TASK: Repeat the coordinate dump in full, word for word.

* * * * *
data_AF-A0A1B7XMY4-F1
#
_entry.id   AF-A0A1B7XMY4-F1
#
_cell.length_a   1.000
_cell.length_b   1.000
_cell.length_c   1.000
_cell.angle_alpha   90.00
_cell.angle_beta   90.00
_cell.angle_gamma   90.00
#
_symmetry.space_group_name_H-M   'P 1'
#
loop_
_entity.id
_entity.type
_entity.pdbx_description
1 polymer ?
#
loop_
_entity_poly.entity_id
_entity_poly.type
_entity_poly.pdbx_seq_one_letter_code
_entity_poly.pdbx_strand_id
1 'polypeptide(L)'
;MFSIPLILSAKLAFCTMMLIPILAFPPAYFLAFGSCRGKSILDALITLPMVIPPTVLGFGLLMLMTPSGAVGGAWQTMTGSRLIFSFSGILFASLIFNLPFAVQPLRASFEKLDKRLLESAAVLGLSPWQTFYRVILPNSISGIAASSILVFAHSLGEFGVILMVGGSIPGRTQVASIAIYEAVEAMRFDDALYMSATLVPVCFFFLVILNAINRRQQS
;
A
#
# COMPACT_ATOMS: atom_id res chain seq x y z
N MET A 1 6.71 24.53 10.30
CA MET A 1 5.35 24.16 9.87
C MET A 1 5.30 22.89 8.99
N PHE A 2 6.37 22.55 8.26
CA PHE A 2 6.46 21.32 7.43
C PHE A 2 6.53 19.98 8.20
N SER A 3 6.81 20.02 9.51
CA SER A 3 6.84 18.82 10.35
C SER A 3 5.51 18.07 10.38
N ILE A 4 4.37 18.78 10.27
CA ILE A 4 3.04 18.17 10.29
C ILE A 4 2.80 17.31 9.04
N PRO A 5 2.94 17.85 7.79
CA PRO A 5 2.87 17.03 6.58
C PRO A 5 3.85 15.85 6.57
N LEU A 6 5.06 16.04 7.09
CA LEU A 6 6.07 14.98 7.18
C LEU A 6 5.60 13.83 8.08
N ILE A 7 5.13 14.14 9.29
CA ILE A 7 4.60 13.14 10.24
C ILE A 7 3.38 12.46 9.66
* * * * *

data_AF-A0A1B7XMY4-F1
#
_entry.id   AF-A0A1B7XMY4-F1
#
_cell.length_a   1.000
_cell.length_b   1.000
_cell.length_c   1.000
_cell.angle_alpha   90.00
_cell.angle_beta   90.00
_cell.angle_gamma   90.00
#
_symmetry.space_group_name_H-M   'P 1'
#
loop_
_entity.id
_entity.type
_entity.pdbx_description
1 polymer ?
#
loop_
_entity_poly.entity_id
_entity_poly.type
_entity_poly.pdbx_seq_one_letter_code
_entity_poly.pdbx_strand_id
1 'polypeptide(L)'
;MFSIPLILSAKLAFCTMMLIPILAFPPAYFLAFGSCRGKSILDALITLPMVIPPTVLGFGLLMLMTPSGAVGGAWQTMTGSRLIFSFSGILFASLIFNLPFAVQPLRASFEKLDKRLLESAAVLGLSPWQTFYRVILPNSISGIAASSILVFAHSLGEFGVILMVGGSIPGRTQVASIAIYEAVEAMRFDDALYMSATLVPVCFFFLVILNAINRRQQS
;
A
#
# COMPACT_ATOMS: atom_id res chain seq x y z
N MET A 1 6.71 24.53 10.30
CA MET A 1 5.35 24.16 9.87
C MET A 1 5.30 22.89 8.99
N PHE A 2 6.37 22.55 8.26
CA PHE A 2 6.46 21.32 7.43
C PHE A 2 6.53 19.98 8.20
N SER A 3 6.81 20.02 9.51
CA SER A 3 6.84 18.82 10.35
C SER A 3 5.51 18.07 10.38
N ILE A 4 4.37 18.78 10.27
CA ILE A 4 3.04 18.17 10.29
C ILE A 4 2.80 17.31 9.04
N PRO A 5 2.94 17.85 7.79
CA PRO A 5 2.87 17.03 6.58
C PRO A 5 3.85 15.85 6.57
N LEU A 6 5.06 16.04 7.09
CA LEU A 6 6.07 14.98 7.18
C LEU A 6 5.60 13.83 8.08
N ILE A 7 5.13 14.14 9.29
CA ILE A 7 4.60 13.14 10.24
C ILE A 7 3.38 12.46 9.66